A Plumbing Career in Wisconsin

Have you been wondering if a career as a plumber will have the opportunities you want? If you like to work with your hands, have good physical stamina and think you can handle using tools in tight spaces, a career in plumbing might be just the thing for you. What are the advantages of working as a plumber? One of the biggest is that plumbing services will be in demand as long as there are pipes to install, maintain and repair.

Plumbing tasks include:

  • Service plumbing systems
  • Gas systems
  • Drainage systems
  • Working with hot pipes and soldering equipment
  • Blueprint reading
  • System design
  • Bathroom fixtures
  • Cooling systems
  • Install and repair systems in commercial and industrial buildings
  • Install sanitary facilities such as drinking fountains, kitchen fixtures, and laundry equipment

Plumbing systems exist nearly everywhere where humans live and work. These systems bring water to homes and businesses, remove waste products and provide gas for cooking and warmth. Plumbing is also a significant component in many air conditioning systems and is used to transport industrial gasses and chemicals for manufacturing. Even hospitals rely on piping systems to deliver medical gasses to patients who need them to survive. With so many industries relying on plumbing, it’s hard to imagine an industry where plumbers are not required to keep things running smoothly.

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Wisconsin Licensing Requirements

Licenses in Wisconsin are awarded by the Department of Safety and Professional Services. For plumbing licenses, there are three different levels reflecting different stages in the plumber’s career. The Plumbing Apprentice license is for those who are just beginning their career and learning the trade. The Journeyman Plumber license requires the completion of an apprenticeship and the ability to pass an exam. The Master Plumber license is for those who have worked for at least three years as a Journeyman Plumber with at least 1,000 hours worked per year.

Plumbing Schools in Wisconsin

Plumbing training is generally completed through attendance at an appropriate training program or an apprenticeship with a qualified plumber. In either case, a high school diploma or equivalent is a required prerequisite. For those wishing to explore apprenticeship opportunities, this website can help you find an opening in your area.

A few possible training programs in Wisconsin are listed below:

  • Nicolet College offers Plumbing Apprenticeship training. Students in the program will learn to install and repair pipes for water, gas, sewage and draining systems. Upon completion of the program, graduates will have the option to transfer credits to a Journey-Worker degree.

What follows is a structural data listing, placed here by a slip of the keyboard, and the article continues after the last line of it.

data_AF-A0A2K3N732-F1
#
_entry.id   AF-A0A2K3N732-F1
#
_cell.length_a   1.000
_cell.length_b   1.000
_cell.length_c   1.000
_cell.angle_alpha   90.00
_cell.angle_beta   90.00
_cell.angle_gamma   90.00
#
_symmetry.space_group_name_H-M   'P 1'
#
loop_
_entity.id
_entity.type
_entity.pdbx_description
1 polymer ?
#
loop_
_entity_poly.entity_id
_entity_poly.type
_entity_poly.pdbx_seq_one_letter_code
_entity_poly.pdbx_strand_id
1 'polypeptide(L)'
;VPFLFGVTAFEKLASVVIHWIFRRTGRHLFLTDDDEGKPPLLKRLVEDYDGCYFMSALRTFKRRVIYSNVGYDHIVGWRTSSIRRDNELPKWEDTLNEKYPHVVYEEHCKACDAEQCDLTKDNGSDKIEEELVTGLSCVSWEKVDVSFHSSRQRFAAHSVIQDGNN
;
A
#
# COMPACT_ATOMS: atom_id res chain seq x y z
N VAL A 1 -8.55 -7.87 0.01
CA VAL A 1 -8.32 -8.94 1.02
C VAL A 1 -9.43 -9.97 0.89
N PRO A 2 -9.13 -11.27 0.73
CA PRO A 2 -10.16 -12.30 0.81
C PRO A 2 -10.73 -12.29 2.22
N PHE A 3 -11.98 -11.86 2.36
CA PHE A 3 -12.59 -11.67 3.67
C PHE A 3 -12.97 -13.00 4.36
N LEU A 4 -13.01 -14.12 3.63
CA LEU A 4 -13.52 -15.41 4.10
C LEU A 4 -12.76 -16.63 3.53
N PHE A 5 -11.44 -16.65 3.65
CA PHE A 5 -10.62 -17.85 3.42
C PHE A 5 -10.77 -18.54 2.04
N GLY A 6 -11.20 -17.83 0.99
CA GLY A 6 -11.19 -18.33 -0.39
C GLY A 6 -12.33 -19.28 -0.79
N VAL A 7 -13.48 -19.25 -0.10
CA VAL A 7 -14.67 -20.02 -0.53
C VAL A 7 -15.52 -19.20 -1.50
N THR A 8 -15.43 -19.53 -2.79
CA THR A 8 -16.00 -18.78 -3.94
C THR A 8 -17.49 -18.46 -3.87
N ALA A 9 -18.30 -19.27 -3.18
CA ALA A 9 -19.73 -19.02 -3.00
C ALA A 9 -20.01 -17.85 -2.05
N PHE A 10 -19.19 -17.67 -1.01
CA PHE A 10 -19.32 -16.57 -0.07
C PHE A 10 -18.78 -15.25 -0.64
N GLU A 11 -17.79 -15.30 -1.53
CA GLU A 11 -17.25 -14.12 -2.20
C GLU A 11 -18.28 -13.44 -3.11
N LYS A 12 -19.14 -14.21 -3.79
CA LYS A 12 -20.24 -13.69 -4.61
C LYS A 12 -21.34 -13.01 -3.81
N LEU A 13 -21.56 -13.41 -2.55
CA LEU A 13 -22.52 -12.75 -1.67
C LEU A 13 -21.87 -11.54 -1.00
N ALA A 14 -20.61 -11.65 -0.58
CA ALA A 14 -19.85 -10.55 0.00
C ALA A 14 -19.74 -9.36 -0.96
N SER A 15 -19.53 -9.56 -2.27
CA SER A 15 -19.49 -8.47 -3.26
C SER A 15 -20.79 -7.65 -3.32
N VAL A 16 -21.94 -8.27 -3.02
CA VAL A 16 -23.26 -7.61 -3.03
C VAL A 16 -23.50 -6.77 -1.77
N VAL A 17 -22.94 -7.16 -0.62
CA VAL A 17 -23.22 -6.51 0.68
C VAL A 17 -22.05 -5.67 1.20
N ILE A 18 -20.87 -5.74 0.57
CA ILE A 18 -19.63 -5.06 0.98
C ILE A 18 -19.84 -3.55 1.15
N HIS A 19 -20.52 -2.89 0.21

• Western Technical College offers a Plumbing course. This five-year program provides 2,500 hours of on-the-job training, 500 hours of paid hands on classroom instruction and 260 hours of unpaid instruction.
  • Fox Valley Technical College offers Plumbing Apprentice training. Students will train on residential and industrial projects while receiving both paid and unpaid instruction.
  • Milwaukee Area Technical College offers a Preparatory Plumbing Diploma. The program provides instruction on the basics of plumbing. Upon completion of the program, an apprenticeship is the recommended next step.

How to Become a Plumbing Apprentice in Wisconsin

In today’s job market, working in a profession that offers long-term stability and opportunity is extremely desirable. Plumbing may be a challenging job that calls for physical and mental stamina, but it’s also needed everywhere. As long as there are newly constructed buildings with water supply, sanitation and heating, plumbers will be in demand. In order to ensure plumbing is designed, installed and maintained safely, most U.S. states–including West Virginia—license and regulate plumbers.

To work on any plumbing project, you need to be licensed—and that includes plumbing trainees, also known as apprentices. Apprenticeship is an ancient form of work where you sign up to work for a particular employer for a number of years. In exchange, you’re paid a decent wage, which will generally increase each year as you gain more skills. You’ll learn everything about the trade from experienced plumbers, and you’ll be able to perform challenging and complex tasks with their support and direct supervision. To move from trainee to journeyman in West Virginia, you’ll need to show you’ve worked 8,000 hours under supervision. This generally takes four to five years.